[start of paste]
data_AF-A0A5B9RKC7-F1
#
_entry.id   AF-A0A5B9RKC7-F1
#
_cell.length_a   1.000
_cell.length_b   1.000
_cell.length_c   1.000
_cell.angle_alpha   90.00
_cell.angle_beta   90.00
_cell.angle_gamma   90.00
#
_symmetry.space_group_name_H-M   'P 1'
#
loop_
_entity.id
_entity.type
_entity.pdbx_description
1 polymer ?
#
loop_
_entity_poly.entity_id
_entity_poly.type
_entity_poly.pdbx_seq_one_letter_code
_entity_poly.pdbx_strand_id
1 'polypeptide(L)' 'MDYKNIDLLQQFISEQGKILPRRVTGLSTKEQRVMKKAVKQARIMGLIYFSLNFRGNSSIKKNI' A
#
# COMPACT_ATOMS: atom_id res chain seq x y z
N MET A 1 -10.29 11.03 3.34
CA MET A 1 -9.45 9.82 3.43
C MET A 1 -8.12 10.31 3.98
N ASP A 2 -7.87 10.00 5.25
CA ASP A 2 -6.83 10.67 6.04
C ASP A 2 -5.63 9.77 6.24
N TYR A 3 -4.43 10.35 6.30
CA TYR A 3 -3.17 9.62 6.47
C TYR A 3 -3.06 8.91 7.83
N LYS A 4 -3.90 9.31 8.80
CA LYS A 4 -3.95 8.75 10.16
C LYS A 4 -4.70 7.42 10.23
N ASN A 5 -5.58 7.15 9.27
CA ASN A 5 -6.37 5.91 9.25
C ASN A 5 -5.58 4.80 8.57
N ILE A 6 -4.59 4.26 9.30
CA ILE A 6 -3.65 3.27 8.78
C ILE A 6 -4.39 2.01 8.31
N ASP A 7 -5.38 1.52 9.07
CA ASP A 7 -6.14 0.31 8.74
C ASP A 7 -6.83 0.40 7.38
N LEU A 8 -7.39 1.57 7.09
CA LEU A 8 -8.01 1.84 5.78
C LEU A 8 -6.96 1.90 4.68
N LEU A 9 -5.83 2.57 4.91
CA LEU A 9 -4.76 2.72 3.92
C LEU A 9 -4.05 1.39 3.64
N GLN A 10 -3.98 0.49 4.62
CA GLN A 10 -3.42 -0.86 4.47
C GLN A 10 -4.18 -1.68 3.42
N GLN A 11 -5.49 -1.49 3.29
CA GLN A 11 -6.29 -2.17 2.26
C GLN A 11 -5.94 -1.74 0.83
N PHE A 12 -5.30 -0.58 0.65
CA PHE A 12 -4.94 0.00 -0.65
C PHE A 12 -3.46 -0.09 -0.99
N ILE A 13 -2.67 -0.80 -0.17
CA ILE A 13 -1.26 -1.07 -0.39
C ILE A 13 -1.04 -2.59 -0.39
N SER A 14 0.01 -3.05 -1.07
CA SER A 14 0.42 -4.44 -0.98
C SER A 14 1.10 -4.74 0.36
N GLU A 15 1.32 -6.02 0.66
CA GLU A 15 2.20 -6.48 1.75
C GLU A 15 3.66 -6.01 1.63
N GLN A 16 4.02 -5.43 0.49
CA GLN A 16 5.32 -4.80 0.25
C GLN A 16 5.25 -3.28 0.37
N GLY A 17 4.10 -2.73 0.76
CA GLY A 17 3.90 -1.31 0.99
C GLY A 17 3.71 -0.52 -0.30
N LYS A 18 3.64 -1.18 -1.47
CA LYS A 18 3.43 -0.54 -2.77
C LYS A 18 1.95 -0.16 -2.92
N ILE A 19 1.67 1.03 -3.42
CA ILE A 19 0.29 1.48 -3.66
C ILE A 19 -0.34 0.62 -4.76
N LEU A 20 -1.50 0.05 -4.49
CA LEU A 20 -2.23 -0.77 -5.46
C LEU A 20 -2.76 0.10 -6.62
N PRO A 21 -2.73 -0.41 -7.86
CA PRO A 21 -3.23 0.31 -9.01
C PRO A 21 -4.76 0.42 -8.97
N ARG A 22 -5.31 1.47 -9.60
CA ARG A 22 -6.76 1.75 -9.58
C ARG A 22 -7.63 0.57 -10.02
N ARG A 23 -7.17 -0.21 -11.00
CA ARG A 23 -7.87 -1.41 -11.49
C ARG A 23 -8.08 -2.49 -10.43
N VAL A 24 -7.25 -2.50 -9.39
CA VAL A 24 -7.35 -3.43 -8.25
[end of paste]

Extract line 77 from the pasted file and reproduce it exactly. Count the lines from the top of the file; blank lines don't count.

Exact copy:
CA GLY A 17 3.90 -1.31 0.99